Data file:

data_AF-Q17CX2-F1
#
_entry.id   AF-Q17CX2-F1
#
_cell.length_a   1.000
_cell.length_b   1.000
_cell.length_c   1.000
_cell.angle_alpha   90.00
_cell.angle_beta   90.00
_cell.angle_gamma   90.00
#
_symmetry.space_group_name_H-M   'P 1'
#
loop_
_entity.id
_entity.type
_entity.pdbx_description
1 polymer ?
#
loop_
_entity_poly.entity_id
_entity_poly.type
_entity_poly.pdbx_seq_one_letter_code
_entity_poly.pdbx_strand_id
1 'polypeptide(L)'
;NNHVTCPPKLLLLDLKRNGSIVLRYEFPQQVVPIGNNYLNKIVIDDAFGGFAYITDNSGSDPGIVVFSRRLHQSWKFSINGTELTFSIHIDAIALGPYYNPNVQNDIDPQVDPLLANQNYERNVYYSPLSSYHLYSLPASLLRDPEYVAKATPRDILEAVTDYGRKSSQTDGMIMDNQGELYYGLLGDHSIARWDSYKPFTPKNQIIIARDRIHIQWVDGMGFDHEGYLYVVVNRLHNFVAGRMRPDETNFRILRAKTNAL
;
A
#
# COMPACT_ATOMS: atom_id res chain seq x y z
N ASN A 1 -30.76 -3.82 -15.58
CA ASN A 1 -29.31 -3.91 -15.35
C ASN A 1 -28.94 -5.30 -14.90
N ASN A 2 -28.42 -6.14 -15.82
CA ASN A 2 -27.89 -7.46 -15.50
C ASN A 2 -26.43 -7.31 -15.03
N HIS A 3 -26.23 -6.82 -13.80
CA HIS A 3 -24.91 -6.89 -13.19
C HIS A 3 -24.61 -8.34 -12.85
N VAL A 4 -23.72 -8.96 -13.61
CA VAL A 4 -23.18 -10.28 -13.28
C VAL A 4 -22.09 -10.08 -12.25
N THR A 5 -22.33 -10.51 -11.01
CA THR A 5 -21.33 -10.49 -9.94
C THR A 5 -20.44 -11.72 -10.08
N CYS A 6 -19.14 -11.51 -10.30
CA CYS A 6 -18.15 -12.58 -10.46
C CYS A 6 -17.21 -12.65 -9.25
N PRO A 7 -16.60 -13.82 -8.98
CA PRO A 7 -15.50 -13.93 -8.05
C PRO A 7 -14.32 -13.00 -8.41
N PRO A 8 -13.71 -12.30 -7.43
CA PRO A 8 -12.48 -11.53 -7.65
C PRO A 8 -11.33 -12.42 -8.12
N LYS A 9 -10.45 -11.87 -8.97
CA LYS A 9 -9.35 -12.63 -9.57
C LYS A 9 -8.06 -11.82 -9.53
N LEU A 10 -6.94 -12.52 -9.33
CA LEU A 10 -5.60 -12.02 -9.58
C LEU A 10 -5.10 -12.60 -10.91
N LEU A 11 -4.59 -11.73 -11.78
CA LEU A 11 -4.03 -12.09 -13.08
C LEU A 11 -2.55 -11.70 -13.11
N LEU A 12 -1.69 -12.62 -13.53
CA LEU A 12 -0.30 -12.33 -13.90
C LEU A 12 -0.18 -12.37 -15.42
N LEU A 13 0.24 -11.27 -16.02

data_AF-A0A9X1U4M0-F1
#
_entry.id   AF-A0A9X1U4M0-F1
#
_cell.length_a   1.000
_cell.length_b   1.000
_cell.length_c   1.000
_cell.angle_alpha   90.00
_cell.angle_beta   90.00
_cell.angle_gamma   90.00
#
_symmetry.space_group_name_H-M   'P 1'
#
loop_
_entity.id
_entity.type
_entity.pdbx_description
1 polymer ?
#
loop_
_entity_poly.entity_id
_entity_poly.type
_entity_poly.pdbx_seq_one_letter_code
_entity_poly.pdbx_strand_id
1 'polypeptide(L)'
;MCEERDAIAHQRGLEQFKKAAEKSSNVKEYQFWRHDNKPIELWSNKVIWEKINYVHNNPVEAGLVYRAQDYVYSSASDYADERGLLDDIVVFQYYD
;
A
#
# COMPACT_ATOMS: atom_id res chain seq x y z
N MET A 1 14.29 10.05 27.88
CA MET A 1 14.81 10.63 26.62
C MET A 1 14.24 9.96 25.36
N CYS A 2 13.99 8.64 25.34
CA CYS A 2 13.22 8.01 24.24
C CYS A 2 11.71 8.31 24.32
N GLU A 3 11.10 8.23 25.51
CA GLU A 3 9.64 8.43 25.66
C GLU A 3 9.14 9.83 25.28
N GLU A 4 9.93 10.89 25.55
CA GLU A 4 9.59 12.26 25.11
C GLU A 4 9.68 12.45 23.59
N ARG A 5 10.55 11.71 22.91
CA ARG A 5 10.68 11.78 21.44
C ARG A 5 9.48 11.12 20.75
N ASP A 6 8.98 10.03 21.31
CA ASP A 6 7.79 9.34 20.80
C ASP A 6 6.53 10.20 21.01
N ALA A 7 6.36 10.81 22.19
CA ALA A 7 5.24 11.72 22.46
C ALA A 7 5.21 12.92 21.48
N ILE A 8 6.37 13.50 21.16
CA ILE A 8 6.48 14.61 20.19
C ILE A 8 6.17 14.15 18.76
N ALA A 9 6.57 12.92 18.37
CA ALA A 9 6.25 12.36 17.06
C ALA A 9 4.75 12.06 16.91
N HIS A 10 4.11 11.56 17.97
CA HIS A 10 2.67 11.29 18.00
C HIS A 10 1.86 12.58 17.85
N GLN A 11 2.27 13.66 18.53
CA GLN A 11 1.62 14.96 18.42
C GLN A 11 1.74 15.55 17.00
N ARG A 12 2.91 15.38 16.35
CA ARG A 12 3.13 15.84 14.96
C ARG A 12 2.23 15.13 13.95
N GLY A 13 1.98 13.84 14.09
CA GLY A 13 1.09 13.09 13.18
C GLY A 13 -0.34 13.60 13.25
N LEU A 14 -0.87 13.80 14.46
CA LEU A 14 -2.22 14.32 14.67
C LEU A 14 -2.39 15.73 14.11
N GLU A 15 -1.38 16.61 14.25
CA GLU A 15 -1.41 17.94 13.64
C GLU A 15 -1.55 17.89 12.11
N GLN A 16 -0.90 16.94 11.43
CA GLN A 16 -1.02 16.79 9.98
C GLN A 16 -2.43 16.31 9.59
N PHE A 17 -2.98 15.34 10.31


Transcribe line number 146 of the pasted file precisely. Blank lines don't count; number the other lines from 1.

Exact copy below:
N PHE A 17 -2.98 15.34 10.31